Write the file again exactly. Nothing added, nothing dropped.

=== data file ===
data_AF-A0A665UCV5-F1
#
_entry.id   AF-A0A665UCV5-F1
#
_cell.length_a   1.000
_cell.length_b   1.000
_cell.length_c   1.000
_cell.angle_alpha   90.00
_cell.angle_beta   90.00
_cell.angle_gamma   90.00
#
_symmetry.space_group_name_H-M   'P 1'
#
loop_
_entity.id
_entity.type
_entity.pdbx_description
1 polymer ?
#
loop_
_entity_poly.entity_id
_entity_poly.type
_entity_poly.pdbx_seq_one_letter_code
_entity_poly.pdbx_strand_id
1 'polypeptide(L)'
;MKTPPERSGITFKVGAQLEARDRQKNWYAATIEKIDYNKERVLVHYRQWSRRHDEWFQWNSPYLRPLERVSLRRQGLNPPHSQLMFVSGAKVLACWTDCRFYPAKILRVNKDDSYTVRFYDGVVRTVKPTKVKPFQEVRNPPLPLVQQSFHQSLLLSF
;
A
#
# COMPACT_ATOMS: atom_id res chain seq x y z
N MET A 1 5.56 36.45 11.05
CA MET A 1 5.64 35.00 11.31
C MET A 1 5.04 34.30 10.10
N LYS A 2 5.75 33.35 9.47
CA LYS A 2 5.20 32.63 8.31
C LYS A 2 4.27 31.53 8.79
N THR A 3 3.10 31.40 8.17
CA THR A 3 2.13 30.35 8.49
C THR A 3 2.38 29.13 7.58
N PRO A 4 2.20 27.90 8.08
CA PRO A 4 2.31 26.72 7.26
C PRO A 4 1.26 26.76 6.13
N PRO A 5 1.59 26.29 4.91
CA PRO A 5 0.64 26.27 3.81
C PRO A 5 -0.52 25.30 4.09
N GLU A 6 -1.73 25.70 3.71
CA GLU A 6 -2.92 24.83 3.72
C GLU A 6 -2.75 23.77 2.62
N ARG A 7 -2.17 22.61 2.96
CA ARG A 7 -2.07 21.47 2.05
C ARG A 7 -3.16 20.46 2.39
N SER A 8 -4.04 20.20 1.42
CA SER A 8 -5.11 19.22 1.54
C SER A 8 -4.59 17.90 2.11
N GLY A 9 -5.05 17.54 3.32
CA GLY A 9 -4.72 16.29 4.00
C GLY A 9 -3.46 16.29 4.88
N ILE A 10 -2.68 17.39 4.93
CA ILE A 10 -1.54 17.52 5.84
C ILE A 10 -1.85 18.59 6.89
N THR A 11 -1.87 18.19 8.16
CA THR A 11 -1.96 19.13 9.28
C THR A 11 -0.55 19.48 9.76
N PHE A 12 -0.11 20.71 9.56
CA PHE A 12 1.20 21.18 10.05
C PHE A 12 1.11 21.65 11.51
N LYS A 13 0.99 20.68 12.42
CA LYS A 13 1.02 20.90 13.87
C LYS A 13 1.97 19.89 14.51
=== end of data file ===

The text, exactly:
data_AF-A0A665UCV5-F1
#
_entry.id   AF-A0A665UCV5-F1
#
_cell.length_a   1.000
_cell.length_b   1.000
_cell.length_c   1.000
_cell.angle_alpha   90.00
_cell.angle_beta   90.00
_cell.angle_gamma   90.00
#
_symmetry.space_group_name_H-M   'P 1'
#
loop_
_entity.id
_entity.type
_entity.pdbx_description
1 polymer ?
#
loop_
_entity_poly.entity_id
_entity_poly.type
_entity_poly.pdbx_seq_one_letter_code
_entity_poly.pdbx_strand_id
1 'polypeptide(L)'
;MKTPPERSGITFKVGAQLEARDRQKNWYAATIEKIDYNKERVLVHYRQWSRRHDEWFQWNSPYLRPLERVSLRRQGLNPPHSQLMFVSGAKVLACWTDCRFYPAKILRVNKDDSYTVRFYDGVVRTVKPTKVKPFQEVRNPPLPLVQQSFHQSLLLSF
;
A
#
# COMPACT_ATOMS: atom_id res chain seq x y z
N MET A 1 5.56 36.45 11.05
CA MET A 1 5.64 35.00 11.31
C MET A 1 5.04 34.30 10.10
N LYS A 2 5.75 33.35 9.47
CA LYS A 2 5.20 32.63 8.31
C LYS A 2 4.27 31.53 8.79
N THR A 3 3.10 31.40 8.17
CA THR A 3 2.13 30.35 8.49
C THR A 3 2.38 29.13 7.58
N PRO A 4 2.20 27.90 8.08
CA PRO A 4 2.31 26.72 7.26
C PRO A 4 1.26 26.76 6.13
N PRO A 5 1.59 26.29 4.91
CA PRO A 5 0.64 26.27 3.81
C PRO A 5 -0.52 25.30 4.09
N GLU A 6 -1.73 25.70 3.71
CA GLU A 6 -2.92 24.83 3.72
C GLU A 6 -2.75 23.77 2.62
N ARG A 7 -2.17 22.61 2.96
CA ARG A 7 -2.07 21.47 2.05
C ARG A 7 -3.16 20.46 2.39
N SER A 8 -4.04 20.20 1.42
CA SER A 8 -5.11 19.22 1.54
C SER A 8 -4.59 17.90 2.11
N GLY A 9 -5.05 17.54 3.32
CA GLY A 9 -4.72 16.29 4.00
C GLY A 9 -3.46 16.29 4.88
N ILE A 10 -2.68 17.39 4.93
CA ILE A 10 -1.54 17.52 5.84
C ILE A 10 -1.85 18.59 6.89
N THR A 11 -1.87 18.19 8.16
CA THR A 11 -1.96 19.13 9.28
C THR A 11 -0.55 19.48 9.76
N PHE A 12 -0.11 20.71 9.56
CA PHE A 12 1.20 21.18 10.05
C PHE A 12 1.11 21.65 11.51
N LYS A 13 0.99 20.68 12.42
CA LYS A 13 1.02 20.90 13.87
C LYS A 13 1.97 19.89 14.51